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The Hazard of Near-Earth Asteroid Impacts on Earth
Frontiers ^ | 4 March 2004 | Clark R. Chapman

Posted on 12/02/2004 10:51:16 AM PST by SunkenCiv

The actual damage that a NEA impact might cause on Earth was concretely described by Baldwin, a leading advocate for the impact origin of lunar craters. Later, Opik... proposed that NEA impacts might account for mass extinctions in the Earth's paleontological record. Around the same time, Shoemaker firmly established the impact origin of Meteor Crater in Arizona... [I]t was not only a cultural but a scientific shock when Mariner 4's first photographs of the Martian surface revealed it to be covered by craters; a decade later, Mariner 10 found the same on Mercury... In 1979 and 1980, the Voyagers first encountered Jupiter and Saturn, demonstrating that cratered surfaces extended from Mercury at least out through the giant planets' satellite systems... Even after discovery of the Chicxulub impact structure in Mexico and its temporal simultaneity with the Cretaceous –Tertiary (K– T) boundary and mass extinctions, it has taken some earth scientists a while to recognize and accept the statistical inevitability that Earth is struck by asteroids and comets. Each impact, occurring on timescales of tens to hundreds of Myr, liberates tens of millions to billions of megatons (Mt, TNT-equivalent) of energy into the fragile ecosphere, which must have had dramatic consequences every time. A few researchers still consider the Chicxulub impact to be only one of several contributing factors to the K– T extinctions... Some geoscientists still think of asteroid impacts as ad hoc explanations for paleontological changes and they resist the logic that earlier, even greater impact catastrophes surely occurred. If the great mass extinctions are not attributed to impacts (e. g., explained instead by episodes of volcanism or sea regressions), one must ask how the huge impacts that must have occurred failed to leave dramatic evidence in the fossil record.

(Excerpt) Read more at boulder.swri.edu ...


TOPICS: Astronomy; History; Science; Travel; UFO's
KEYWORDS: archaeology; asteroid; catastrophism; ggg; godsgravesglyphs; history

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1 posted on 12/02/2004 10:51:16 AM PST by SunkenCiv
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To: blam; FairOpinion; farmfriend; StayAt HomeMother; Ernest_at_the_Beach
A catastrophism ping, but just to the GGG managers.
Please FREEPMAIL me if you want on, off, or alter the "Gods, Graves, Glyphs" PING list --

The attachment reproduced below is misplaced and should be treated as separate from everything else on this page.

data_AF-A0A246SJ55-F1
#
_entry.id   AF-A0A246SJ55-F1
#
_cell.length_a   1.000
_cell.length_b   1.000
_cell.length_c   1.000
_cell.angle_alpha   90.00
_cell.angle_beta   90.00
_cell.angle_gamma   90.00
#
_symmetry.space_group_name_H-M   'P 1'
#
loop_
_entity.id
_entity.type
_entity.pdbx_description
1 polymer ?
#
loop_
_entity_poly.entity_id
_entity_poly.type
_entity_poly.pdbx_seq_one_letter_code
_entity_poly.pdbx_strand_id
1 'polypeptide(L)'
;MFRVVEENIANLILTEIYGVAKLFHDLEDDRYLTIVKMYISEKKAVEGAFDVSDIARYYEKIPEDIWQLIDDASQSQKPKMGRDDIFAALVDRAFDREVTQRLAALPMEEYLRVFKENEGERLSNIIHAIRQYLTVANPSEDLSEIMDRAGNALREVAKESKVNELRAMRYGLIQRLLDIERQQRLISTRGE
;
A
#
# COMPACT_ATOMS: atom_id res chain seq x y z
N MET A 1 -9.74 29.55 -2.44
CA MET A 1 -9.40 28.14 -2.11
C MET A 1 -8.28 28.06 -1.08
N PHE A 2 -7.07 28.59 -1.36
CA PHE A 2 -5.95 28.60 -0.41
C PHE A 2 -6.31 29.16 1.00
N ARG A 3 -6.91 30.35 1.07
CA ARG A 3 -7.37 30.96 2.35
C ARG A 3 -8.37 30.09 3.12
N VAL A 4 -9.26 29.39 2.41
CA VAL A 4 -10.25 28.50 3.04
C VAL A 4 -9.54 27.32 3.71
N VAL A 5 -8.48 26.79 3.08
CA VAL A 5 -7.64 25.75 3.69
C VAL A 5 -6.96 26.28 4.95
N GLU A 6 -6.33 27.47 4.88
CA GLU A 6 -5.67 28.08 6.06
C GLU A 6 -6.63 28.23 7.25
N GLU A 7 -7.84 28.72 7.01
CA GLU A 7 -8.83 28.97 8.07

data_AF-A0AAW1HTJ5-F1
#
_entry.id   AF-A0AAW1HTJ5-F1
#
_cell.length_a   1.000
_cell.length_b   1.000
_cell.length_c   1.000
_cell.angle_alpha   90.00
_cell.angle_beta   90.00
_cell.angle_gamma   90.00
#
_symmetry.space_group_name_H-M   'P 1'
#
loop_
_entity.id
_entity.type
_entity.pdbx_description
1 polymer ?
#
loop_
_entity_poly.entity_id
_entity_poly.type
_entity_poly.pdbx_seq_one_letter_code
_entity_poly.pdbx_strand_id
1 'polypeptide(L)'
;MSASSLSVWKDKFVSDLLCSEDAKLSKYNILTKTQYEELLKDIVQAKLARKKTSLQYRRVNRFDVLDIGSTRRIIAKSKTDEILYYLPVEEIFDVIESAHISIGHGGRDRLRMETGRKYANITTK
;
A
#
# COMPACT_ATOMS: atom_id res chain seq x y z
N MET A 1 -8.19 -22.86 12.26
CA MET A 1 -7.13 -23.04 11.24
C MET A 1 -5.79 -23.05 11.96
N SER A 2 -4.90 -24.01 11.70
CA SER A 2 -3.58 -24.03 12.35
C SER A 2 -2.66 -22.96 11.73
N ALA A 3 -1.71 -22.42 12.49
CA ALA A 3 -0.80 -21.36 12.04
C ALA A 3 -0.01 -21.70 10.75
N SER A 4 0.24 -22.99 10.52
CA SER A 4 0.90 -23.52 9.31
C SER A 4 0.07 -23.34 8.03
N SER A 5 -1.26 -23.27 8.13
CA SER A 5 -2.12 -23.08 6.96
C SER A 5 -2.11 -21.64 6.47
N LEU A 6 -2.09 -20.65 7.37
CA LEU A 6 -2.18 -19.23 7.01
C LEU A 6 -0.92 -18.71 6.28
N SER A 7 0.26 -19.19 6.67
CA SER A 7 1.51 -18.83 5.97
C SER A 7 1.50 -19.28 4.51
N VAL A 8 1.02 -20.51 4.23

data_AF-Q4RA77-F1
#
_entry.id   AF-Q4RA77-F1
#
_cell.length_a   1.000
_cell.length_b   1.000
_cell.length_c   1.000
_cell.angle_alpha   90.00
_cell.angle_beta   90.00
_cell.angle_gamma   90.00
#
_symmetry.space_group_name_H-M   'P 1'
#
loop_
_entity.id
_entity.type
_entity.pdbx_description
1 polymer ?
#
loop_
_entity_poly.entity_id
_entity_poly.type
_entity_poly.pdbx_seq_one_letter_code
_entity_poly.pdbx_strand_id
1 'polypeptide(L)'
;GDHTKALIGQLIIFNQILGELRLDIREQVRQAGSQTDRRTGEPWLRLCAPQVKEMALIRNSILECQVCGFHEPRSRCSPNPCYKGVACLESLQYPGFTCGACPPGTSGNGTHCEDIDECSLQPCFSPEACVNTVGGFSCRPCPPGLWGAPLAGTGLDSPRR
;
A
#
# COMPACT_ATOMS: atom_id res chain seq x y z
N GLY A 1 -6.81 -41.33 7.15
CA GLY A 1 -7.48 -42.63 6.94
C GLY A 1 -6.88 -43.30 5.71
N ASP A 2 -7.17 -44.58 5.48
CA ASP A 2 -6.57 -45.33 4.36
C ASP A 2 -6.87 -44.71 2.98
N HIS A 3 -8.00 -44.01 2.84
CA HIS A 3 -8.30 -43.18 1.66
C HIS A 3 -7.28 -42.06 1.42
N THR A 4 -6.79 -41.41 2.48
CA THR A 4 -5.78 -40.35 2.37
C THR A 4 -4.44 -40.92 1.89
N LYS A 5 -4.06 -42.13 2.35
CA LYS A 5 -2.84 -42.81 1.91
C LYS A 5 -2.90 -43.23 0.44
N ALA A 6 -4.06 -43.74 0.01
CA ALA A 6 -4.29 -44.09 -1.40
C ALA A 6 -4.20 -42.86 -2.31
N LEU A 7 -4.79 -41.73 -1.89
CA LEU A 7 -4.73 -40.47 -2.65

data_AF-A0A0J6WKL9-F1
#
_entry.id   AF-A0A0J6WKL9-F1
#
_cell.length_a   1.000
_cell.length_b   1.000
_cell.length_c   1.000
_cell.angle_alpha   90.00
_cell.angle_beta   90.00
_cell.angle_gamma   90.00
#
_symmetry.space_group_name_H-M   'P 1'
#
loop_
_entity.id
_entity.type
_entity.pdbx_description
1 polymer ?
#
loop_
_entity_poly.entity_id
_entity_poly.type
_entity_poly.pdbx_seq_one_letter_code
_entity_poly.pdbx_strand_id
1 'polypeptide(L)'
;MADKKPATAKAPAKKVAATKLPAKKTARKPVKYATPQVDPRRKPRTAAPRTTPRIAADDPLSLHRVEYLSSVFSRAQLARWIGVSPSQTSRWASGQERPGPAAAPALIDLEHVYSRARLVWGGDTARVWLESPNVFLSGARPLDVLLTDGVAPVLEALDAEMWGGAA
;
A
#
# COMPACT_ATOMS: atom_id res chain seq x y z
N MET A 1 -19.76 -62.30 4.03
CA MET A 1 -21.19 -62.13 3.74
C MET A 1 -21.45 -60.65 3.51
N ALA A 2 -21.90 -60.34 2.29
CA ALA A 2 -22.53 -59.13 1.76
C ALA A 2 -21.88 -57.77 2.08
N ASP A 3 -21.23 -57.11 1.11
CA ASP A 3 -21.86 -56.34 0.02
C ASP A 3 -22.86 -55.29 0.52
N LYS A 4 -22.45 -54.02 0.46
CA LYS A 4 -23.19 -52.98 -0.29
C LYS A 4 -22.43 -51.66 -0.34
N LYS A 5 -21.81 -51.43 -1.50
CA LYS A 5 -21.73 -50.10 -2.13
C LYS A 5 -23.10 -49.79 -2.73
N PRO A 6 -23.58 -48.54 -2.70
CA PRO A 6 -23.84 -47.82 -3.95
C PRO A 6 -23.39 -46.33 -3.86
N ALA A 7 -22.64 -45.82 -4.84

Archaeology/Anthropology/Ancient Cultures/Artifacts/Antiquities, etc.
The GGG Digest
-- Gods, Graves, Glyphs (alpha order)

2 posted on 12/02/2004 10:51:59 AM PST by SunkenCiv ("All I have seen teaches me trust the Creator for all I have not seen." -- Emerson)
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To: vannrox
If the great mass extinctions are not attributed to impacts (e. g., explained instead by episodes of volcanism or sea regressions), one must ask how the huge impacts that must have occurred failed to leave dramatic evidence in the fossil record.
I love that particular point. The only answer that satisfies all the available data is, "delusional belief system". :') If experience is any guide, the delusional parade is going to begin, and I won't have to save my spot along the route for very long. :')

3 posted on 12/02/2004 10:55:13 AM PST by SunkenCiv ("All I have seen teaches me trust the Creator for all I have not seen." -- Emerson)
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To: SunkenCiv

It's a small point but isn't a "near Earth impact" actually a "miss" ? And wouldn't the impact from a miss be zero?


4 posted on 12/02/2004 10:56:17 AM PST by mgc1122
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To: mgc1122

Heh... good point... but he refers to impacts by Near-Earth objects.


5 posted on 12/02/2004 10:57:51 AM PST by SunkenCiv ("All I have seen teaches me trust the Creator for all I have not seen." -- Emerson)
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To: mgc1122

I read a REALLY BAD sci fi novel about a near impact once. In the novel an asteroid or comet passed close over the north pole. Some strange gravatational effect caused a large part of our atmosphere to be draw up over the north pole in some kind of freak super high pressure system.

Long story short. The atmosphere suddenly snapped back causing thousand+ MPH winds across the planet wiping out mankind.


6 posted on 12/02/2004 11:11:40 AM PST by cripplecreek (I come swinging the olive branch of peace.)
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To: SunkenCiv
Did Asteroids And Comets Change The Tides Of Civilisation?
7 posted on 12/02/2004 11:16:48 AM PST by blam
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To: blam
Recommended reading:

And because of the cool cover:

8 posted on 12/02/2004 11:41:06 AM PST by BenLurkin (Big government is still a big problem.)
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To: SunkenCiv
I agree.
The National Education Association sucks!